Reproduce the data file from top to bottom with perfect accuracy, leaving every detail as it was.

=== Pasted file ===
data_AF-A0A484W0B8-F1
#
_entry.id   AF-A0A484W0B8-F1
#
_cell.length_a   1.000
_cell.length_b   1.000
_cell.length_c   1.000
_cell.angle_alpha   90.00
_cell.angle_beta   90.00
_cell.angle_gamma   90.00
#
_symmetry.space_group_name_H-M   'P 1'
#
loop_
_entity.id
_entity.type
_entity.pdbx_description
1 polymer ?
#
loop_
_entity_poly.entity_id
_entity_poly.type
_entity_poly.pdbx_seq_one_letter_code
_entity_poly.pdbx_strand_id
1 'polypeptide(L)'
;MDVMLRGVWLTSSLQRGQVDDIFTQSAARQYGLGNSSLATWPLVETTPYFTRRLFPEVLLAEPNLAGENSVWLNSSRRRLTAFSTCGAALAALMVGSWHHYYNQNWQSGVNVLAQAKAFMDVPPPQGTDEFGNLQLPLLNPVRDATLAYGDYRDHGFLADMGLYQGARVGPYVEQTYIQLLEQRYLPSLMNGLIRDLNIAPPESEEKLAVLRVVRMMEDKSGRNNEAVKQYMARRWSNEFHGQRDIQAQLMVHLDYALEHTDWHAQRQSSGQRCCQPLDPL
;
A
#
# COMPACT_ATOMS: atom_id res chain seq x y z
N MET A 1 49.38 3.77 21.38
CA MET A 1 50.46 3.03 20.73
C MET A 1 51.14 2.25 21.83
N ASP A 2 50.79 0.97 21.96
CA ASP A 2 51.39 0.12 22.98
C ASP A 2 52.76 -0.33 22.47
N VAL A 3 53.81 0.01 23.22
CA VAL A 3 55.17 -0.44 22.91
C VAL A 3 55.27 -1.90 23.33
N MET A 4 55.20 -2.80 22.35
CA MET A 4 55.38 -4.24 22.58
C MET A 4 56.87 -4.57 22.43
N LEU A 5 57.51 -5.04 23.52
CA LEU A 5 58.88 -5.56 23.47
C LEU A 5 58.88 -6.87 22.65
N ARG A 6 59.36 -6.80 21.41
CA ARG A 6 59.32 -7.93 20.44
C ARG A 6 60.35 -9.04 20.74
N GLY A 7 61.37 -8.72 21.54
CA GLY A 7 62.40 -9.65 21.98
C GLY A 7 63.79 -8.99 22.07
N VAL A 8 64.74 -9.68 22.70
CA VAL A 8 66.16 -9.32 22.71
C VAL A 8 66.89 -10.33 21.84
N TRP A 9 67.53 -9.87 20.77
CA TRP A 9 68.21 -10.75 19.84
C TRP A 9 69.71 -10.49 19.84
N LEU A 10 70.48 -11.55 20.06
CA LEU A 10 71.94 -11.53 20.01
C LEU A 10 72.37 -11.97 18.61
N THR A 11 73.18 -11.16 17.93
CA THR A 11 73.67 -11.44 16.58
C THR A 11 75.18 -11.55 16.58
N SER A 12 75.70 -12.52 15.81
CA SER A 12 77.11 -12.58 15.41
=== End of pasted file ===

data_AF-A0A484W0B8-F1
#
_entry.id   AF-A0A484W0B8-F1
#
_cell.length_a   1.000
_cell.length_b   1.000
_cell.length_c   1.000
_cell.angle_alpha   90.00
_cell.angle_beta   90.00
_cell.angle_gamma   90.00
#
_symmetry.space_group_name_H-M   'P 1'
#
loop_
_entity.id
_entity.type
_entity.pdbx_description
1 polymer ?
#
loop_
_entity_poly.entity_id
_entity_poly.type
_entity_poly.pdbx_seq_one_letter_code
_entity_poly.pdbx_strand_id
1 'polypeptide(L)'
;MDVMLRGVWLTSSLQRGQVDDIFTQSAARQYGLGNSSLATWPLVETTPYFTRRLFPEVLLAEPNLAGENSVWLNSSRRRLTAFSTCGAALAALMVGSWHHYYNQNWQSGVNVLAQAKAFMDVPPPQGTDEFGNLQLPLLNPVRDATLAYGDYRDHGFLADMGLYQGARVGPYVEQTYIQLLEQRYLPSLMNGLIRDLNIAPPESEEKLAVLRVVRMMEDKSGRNNEAVKQYMARRWSNEFHGQRDIQAQLMVHLDYALEHTDWHAQRQSSGQRCCQPLDPL
;
A
#
# COMPACT_ATOMS: atom_id res chain seq x y z
N MET A 1 49.38 3.77 21.38
CA MET A 1 50.46 3.03 20.73
C MET A 1 51.14 2.25 21.83
N ASP A 2 50.79 0.97 21.96
CA ASP A 2 51.39 0.12 22.98
C ASP A 2 52.76 -0.33 22.47
N VAL A 3 53.81 0.01 23.22
CA VAL A 3 55.17 -0.44 22.91
C VAL A 3 55.27 -1.90 23.33
N MET A 4 55.20 -2.80 22.35
CA MET A 4 55.38 -4.24 22.58
C MET A 4 56.87 -4.57 22.43
N LEU A 5 57.51 -5.04 23.52
CA LEU A 5 58.88 -5.56 23.47
C LEU A 5 58.88 -6.87 22.65
N ARG A 6 59.36 -6.80 21.41
CA ARG A 6 59.32 -7.93 20.44
C ARG A 6 60.35 -9.04 20.74
N GLY A 7 61.37 -8.72 21.54
CA GLY A 7 62.40 -9.65 21.98
C GLY A 7 63.79 -8.99 22.07
N VAL A 8 64.74 -9.68 22.70
CA VAL A 8 66.16 -9.32 22.71
C VAL A 8 66.89 -10.33 21.84
N TRP A 9 67.53 -9.87 20.77
CA TRP A 9 68.21 -10.75 19.84
C TRP A 9 69.71 -10.49 19.84
N LEU A 10 70.48 -11.55 20.06
CA LEU A 10 71.94 -11.53 20.01
C LEU A 10 72.37 -11.97 18.61
N THR A 11 73.18 -11.16 17.93
CA THR A 11 73.67 -11.44 16.58
C THR A 11 75.18 -11.55 16.58
N SER A 12 75.70 -12.52 15.81
CA SER A 12 77.11 -12.58 15.41